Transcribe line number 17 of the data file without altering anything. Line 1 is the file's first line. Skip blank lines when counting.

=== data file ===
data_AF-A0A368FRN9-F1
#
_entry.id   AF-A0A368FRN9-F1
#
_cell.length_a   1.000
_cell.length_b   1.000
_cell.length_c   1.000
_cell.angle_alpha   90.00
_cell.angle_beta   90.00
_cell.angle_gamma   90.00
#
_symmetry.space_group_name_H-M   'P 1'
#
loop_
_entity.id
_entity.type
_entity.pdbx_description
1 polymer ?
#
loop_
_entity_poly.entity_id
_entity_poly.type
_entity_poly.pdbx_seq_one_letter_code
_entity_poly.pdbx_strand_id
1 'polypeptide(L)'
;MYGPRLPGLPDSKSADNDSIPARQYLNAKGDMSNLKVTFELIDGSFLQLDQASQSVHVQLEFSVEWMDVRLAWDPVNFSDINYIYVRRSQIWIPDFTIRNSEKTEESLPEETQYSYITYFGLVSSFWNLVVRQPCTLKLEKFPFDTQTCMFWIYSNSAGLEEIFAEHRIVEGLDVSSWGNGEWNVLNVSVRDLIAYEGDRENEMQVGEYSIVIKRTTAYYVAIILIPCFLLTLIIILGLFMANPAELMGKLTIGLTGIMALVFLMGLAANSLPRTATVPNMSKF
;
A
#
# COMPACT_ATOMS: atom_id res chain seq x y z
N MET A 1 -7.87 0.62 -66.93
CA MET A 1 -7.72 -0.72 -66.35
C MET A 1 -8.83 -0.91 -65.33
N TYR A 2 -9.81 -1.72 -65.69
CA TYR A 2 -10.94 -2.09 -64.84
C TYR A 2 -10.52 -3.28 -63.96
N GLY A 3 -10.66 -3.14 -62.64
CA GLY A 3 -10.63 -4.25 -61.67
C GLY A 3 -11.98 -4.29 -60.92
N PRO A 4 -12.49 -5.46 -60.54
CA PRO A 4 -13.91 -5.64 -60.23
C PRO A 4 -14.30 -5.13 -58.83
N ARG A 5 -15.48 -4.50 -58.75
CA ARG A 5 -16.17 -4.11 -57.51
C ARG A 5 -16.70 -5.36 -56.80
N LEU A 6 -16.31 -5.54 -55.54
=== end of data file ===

_entity.pdbx_description